How the US Economy Lost Its Independence
In 1984, John Naisbitt, in his best-selling book Megatrends, said that Third World countries would take over manufacturing, and the U.S. would happily transition to a service economy where most people would work in service jobs rather than work with their hands. His prediction was prophetic. Today there are 135 million service workers versus 13 million manufacturing workers.
Many economists and academics jumped on the “post-industrial service” bandwagon and convinced themselves and most citizens that the transition was a good and inevitable thing. In 2005, The Economist published an article that summarizes the prevailing belief about manufacturing employment. The article, titled “Industrial Metamorphosis,” described the following briefly: “Factory jobs are becoming scarce. It’s nothing to worry about.”
So, when The Economist says there is nothing to worry about, it depends on whether you have a college degree and an excellent chance to claw your way into the credentialed elite. But if you are among the 56% of all workers who have a high-school diploma or less, you may be struggling to make ends meet. Millions of workers in this category feel something is wrong in the post-industrial economy and are gloomy about their future.
Opposite view of many economists, the smooth transition to the service economy has become a very rough road and has created many losers. Unlike in Europe, in America, the government does little to take care of the losers.
A 40-Year Decline
Over the last four decades, multinational corporations decided that it was in the best interest of their shareholders to move jobs and production to low-cost foreign countries. Under the flag of the free market, the public found out that there was no loyalty to the United States. Instead of trying to protect American industries and slow down the rush to low-cost countries, the only absolute commitment was to the short-term interests of their shareholders.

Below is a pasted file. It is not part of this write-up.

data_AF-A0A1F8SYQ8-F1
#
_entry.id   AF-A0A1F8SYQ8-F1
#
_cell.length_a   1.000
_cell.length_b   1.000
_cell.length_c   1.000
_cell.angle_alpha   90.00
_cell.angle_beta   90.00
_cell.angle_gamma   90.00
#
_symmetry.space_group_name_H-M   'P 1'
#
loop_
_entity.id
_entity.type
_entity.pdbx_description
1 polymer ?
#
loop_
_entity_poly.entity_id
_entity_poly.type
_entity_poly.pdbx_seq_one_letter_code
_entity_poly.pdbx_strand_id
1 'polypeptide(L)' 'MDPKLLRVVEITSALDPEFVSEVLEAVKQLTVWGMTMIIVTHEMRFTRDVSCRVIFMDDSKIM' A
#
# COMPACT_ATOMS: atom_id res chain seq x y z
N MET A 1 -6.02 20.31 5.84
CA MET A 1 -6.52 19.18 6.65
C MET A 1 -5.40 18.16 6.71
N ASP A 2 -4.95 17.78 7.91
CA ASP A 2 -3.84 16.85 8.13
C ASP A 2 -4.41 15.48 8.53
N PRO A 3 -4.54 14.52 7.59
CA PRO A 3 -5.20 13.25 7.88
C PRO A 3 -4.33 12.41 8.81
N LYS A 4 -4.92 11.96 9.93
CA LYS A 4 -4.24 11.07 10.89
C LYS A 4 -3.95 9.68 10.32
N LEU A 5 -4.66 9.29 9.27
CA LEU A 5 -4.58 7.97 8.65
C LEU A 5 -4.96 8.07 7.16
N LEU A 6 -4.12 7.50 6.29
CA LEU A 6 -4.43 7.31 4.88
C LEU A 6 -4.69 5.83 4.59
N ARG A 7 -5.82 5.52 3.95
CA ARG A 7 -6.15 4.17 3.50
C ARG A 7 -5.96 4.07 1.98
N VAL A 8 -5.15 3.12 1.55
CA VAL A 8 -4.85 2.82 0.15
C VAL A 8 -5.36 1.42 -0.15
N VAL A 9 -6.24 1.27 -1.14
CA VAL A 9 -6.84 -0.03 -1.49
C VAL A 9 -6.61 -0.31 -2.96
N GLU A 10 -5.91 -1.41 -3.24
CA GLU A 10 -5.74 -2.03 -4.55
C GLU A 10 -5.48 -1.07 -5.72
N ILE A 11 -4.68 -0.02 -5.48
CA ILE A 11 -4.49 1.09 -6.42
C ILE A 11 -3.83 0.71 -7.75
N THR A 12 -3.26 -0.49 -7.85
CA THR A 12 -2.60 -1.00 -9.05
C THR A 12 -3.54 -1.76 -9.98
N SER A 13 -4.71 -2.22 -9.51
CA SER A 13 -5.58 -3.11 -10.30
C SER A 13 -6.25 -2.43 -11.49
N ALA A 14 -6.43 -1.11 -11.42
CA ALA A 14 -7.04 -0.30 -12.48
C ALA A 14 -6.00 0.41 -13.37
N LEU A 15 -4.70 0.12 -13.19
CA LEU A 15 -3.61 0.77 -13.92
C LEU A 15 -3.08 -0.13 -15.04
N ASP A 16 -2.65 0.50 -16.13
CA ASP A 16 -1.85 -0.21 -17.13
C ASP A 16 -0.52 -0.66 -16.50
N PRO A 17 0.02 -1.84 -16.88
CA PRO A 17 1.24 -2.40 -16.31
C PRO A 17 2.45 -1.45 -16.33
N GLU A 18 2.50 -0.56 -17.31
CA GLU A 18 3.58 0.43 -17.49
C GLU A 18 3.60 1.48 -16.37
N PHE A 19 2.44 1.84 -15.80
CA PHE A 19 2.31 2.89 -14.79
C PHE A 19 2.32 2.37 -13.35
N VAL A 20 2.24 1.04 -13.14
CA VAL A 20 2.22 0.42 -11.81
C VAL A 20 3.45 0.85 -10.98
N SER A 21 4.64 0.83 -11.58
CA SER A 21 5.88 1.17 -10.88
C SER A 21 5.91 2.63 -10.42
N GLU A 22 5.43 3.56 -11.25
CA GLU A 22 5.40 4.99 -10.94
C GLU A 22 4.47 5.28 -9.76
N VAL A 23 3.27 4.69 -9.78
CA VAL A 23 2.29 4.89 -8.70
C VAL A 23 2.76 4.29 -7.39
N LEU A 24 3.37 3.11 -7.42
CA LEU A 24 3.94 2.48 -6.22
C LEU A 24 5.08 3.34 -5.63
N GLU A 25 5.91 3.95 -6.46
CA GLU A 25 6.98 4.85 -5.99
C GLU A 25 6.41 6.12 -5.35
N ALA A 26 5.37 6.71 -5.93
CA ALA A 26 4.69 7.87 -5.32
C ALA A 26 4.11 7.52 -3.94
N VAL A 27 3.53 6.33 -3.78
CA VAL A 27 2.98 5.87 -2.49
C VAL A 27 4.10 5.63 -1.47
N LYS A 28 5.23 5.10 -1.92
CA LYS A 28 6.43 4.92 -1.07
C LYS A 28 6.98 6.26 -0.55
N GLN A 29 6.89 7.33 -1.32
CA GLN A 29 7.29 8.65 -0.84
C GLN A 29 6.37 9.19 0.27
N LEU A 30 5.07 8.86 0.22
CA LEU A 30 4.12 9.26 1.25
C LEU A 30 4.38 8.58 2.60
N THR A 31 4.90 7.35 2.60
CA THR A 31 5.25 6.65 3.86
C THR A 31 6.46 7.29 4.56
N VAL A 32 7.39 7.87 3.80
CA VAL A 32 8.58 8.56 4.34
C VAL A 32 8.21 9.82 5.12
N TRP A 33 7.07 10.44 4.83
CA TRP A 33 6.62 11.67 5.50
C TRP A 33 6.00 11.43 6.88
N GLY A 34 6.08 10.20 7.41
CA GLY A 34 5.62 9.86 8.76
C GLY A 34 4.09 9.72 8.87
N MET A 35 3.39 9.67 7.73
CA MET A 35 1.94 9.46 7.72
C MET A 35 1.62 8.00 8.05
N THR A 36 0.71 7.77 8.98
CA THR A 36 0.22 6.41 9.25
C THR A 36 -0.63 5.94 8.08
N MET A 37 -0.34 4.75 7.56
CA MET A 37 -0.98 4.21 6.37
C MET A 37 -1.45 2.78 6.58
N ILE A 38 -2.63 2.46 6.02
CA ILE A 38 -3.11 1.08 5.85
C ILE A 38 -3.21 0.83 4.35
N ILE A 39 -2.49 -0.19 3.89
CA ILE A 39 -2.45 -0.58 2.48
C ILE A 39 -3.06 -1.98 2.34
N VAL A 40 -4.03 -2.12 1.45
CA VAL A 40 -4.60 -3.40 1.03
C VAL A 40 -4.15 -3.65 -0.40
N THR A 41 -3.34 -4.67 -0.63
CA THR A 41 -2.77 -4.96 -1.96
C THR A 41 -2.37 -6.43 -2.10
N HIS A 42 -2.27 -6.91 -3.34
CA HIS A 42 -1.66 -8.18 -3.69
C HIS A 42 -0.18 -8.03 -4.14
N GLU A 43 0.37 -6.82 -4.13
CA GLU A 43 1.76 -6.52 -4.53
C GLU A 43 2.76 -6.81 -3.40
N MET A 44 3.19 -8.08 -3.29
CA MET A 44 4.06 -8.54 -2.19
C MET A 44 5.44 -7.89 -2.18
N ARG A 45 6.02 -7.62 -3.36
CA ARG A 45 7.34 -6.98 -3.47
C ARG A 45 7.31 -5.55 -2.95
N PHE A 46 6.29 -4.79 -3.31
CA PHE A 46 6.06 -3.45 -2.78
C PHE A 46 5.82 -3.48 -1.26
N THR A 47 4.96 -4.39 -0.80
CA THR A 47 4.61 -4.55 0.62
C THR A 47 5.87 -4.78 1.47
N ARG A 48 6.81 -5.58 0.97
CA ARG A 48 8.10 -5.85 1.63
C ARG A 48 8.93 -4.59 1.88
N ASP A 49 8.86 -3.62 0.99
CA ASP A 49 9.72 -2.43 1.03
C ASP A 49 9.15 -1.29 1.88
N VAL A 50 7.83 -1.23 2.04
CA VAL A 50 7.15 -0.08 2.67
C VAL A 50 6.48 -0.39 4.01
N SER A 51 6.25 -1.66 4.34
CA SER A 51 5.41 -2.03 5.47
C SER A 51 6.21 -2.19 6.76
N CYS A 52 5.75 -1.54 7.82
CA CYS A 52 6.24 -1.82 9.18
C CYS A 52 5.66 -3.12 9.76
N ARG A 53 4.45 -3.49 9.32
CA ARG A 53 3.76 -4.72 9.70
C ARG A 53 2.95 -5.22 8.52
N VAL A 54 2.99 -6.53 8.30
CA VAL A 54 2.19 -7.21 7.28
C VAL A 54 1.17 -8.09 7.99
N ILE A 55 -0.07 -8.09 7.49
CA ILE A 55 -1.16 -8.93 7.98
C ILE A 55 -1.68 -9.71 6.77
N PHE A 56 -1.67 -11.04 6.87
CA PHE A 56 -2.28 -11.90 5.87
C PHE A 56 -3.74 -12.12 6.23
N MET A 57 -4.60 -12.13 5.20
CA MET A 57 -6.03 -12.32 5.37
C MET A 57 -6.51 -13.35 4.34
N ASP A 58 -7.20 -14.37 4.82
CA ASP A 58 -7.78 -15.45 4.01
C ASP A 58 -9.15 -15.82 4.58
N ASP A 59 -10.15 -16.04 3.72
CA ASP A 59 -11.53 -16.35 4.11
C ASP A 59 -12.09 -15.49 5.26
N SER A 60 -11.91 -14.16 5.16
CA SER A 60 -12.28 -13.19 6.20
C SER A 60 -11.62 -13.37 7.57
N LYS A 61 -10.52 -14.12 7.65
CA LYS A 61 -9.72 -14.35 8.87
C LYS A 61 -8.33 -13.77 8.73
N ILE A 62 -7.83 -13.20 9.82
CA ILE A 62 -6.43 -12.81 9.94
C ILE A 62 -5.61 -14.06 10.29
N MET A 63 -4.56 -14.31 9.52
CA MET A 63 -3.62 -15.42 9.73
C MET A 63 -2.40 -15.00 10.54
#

With the COVID-19 pandemic, America woke up to the fact that we had outsourced our PPE and critical medicines. Most citizens didn’t know that we now totally depend on countries like China and India to supply most of our drugs and pharmaceuticals. We are dependent on China for 90% of our antibiotics and half of our generic medicines. Shortages include drugs such as morphine, dopamine, lidocaine and even the contrast dye used to install stents in blocked arteries.
Everyone agrees that America can only compete globally with a strategy of innovation. But with a shrinking manufacturing sector, it begs the obvious question, “How can we do this if we continue to lose the industrial commons?” More importantly, research and development are crucial to innovation and new technology, and 70% of all R&D comes from manufacturing, not service
Will the Service Economy Create Enough Good Jobs?
The real issue that the economists never seem to address is this: What kind of jobs will be created in a post-industrial economy? Will there be enough family-wage jobs to allow all middle-class members to raise families? Will the new jobs pay enough to maintain middle-class living standards?
The Job Quality Index
A new economic indicator called the U.S. Private Sector Job Quality Index (JQI) shows that the economy has produced a lot of jobs. Still, they are increasing “low-quality” service jobs.
The Weakening Trend
The fact that the U.S. economy has shifted, creating more bad jobs than good jobs does not bode well for those workers in the middle class with a high-school diploma or less. Someone with a high-school diploma who loses a manufacturing job will likely find a job in one of the following industries, according to the Bureau of Labor Statistics
- Leisure and hospitality
- Administration and support
- Warehousing and transportation
Twenty dollars per hour is only $38,400 per year, so if you are one of the 41 million people who must work in these service industries, attaining the American Dream may be problematic